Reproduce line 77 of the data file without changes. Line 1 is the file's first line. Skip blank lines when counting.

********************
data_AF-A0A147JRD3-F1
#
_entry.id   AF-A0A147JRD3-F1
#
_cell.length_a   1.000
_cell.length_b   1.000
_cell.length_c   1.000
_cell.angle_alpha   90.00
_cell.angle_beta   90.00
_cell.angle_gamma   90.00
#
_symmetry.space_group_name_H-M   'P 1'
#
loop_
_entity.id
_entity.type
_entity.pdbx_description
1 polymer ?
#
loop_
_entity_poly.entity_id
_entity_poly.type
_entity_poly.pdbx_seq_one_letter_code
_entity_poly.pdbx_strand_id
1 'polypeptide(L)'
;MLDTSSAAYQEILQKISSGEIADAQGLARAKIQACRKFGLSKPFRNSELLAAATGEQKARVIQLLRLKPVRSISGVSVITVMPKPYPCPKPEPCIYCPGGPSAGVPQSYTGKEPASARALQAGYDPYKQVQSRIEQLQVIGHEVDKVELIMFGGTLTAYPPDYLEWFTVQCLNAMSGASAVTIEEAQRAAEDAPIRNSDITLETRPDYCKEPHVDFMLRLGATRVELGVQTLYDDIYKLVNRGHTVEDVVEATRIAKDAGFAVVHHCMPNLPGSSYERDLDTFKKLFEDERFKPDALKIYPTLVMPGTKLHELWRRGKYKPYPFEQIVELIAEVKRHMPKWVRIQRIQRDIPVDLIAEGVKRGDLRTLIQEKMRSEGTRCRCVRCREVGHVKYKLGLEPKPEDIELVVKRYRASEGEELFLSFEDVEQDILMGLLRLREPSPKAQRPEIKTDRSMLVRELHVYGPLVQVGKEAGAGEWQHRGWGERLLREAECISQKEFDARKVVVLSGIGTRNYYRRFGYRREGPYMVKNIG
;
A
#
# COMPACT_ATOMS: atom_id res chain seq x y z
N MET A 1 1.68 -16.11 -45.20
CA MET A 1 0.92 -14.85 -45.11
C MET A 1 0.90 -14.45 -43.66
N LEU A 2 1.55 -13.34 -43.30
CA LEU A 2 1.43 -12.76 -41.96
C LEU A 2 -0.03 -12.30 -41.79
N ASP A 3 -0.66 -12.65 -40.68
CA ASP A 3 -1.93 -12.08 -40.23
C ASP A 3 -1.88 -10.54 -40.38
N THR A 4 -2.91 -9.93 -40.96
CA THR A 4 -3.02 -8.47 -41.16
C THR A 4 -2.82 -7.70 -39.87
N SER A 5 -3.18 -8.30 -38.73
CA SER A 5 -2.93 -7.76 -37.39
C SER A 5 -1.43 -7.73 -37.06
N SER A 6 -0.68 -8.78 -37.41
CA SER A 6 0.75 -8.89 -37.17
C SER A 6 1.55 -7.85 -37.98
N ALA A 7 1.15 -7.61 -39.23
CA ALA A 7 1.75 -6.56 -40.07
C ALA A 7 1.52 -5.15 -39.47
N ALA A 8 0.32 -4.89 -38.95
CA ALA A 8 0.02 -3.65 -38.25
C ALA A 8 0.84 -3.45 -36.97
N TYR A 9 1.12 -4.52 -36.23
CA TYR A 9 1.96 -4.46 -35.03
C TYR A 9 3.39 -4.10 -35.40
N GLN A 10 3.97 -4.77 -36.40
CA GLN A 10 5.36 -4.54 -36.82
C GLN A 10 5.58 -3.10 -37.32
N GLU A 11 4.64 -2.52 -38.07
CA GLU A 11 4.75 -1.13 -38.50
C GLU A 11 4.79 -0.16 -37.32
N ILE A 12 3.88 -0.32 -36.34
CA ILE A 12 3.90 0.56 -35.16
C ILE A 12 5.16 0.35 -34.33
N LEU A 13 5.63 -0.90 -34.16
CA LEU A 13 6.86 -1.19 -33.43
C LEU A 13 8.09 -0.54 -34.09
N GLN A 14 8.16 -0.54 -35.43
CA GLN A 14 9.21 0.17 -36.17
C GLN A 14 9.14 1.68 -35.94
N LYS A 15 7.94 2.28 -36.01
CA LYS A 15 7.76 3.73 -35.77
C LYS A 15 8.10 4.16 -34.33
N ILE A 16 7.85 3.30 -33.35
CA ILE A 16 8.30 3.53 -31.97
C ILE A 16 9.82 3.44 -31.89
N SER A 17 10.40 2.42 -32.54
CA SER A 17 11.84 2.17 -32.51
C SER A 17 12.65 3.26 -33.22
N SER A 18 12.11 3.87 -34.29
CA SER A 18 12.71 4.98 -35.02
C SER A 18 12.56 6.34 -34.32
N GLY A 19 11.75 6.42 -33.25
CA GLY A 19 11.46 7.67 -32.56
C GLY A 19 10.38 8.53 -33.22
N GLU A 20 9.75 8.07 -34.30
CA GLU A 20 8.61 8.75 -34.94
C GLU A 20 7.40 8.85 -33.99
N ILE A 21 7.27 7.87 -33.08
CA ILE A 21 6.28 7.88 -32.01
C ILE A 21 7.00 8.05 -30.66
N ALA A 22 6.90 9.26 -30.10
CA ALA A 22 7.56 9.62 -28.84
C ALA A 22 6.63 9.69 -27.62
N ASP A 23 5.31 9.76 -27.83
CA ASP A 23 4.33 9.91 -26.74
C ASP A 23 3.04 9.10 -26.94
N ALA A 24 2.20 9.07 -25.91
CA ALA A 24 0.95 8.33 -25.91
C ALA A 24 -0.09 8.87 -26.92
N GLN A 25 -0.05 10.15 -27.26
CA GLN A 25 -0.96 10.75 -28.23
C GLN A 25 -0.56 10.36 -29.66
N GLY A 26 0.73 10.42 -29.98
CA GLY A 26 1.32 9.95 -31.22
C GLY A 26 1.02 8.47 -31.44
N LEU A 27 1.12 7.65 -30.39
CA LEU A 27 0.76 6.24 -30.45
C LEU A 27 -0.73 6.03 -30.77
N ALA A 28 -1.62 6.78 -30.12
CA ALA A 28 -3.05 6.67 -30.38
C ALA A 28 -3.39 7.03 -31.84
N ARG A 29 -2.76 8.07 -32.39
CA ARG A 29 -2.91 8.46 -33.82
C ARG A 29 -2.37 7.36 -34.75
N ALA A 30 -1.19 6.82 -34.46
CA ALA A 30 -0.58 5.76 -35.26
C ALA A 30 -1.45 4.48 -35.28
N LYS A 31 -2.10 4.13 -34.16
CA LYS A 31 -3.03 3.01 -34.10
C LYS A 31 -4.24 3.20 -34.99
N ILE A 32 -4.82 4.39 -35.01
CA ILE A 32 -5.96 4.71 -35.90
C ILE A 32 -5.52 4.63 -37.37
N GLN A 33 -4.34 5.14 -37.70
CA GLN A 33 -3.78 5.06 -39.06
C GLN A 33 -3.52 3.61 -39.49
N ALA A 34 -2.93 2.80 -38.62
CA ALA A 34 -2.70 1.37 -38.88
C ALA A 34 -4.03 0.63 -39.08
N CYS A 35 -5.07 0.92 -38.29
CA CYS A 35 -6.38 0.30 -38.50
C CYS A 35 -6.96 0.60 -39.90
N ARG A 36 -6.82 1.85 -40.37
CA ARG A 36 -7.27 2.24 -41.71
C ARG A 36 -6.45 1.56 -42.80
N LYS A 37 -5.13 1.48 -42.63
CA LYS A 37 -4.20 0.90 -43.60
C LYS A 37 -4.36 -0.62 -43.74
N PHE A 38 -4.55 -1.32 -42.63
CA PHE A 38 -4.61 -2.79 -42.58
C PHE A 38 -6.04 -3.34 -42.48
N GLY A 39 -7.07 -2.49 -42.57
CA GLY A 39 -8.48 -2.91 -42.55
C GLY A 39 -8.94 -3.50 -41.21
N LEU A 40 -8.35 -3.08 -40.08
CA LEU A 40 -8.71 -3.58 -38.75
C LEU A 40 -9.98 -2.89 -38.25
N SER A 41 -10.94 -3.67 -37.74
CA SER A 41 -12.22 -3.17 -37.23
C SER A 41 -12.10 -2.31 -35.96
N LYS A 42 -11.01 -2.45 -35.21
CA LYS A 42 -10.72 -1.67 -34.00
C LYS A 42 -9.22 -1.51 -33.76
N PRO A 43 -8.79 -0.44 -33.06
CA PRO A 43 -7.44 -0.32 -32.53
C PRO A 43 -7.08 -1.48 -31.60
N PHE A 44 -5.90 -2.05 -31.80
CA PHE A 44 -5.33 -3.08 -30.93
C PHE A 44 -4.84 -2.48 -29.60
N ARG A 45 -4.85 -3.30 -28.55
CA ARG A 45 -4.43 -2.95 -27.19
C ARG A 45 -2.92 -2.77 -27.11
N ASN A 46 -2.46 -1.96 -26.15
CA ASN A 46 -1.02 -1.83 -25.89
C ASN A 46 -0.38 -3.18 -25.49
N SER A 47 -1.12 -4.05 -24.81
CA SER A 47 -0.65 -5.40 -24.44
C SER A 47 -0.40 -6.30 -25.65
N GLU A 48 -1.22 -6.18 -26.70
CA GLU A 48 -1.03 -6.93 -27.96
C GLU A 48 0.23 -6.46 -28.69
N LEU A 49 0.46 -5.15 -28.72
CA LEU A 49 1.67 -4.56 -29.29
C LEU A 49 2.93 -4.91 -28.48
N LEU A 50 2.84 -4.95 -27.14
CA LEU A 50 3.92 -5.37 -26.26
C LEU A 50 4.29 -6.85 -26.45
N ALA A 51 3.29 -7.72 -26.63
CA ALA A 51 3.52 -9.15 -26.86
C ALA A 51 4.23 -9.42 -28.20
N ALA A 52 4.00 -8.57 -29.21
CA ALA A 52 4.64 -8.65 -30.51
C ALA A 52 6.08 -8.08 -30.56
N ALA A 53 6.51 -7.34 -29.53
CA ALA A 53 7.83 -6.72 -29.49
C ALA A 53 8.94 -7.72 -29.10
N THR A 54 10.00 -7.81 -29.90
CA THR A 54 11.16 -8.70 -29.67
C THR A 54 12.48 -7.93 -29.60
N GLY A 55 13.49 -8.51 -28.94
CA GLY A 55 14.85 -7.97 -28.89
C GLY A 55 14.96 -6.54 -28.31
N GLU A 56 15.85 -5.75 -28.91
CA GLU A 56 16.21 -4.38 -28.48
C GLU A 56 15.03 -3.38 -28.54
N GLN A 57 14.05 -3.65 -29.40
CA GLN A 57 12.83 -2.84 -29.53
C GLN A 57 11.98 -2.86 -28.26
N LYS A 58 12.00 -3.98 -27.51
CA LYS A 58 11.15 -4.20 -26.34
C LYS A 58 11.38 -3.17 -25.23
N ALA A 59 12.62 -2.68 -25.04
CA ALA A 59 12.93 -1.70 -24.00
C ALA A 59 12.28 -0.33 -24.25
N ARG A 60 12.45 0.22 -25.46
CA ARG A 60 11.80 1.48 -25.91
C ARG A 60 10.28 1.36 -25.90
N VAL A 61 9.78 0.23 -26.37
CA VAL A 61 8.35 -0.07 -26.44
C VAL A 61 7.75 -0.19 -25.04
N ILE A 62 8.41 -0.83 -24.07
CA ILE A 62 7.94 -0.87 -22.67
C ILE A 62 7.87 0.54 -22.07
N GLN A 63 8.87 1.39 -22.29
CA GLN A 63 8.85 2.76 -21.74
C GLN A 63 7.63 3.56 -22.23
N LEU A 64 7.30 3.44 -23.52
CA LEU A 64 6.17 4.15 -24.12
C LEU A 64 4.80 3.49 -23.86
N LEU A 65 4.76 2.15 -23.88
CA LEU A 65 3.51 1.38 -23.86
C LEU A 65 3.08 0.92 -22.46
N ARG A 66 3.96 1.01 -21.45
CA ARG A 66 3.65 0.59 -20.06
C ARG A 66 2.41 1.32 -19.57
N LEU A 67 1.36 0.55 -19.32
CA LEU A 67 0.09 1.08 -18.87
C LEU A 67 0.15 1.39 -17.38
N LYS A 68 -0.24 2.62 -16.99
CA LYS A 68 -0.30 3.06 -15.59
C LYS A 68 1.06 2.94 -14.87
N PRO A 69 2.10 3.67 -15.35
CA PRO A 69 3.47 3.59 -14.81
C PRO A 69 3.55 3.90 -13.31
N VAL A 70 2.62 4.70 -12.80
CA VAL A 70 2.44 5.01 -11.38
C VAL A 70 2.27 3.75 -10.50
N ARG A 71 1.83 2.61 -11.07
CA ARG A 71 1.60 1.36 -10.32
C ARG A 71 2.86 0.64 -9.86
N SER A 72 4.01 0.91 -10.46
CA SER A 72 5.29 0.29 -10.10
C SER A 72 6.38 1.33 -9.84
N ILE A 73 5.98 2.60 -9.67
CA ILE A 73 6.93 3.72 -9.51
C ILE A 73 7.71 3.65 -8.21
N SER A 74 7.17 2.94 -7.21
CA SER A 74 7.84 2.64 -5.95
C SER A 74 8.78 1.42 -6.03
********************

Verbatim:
CA ILE A 16 8.30 3.53 -31.97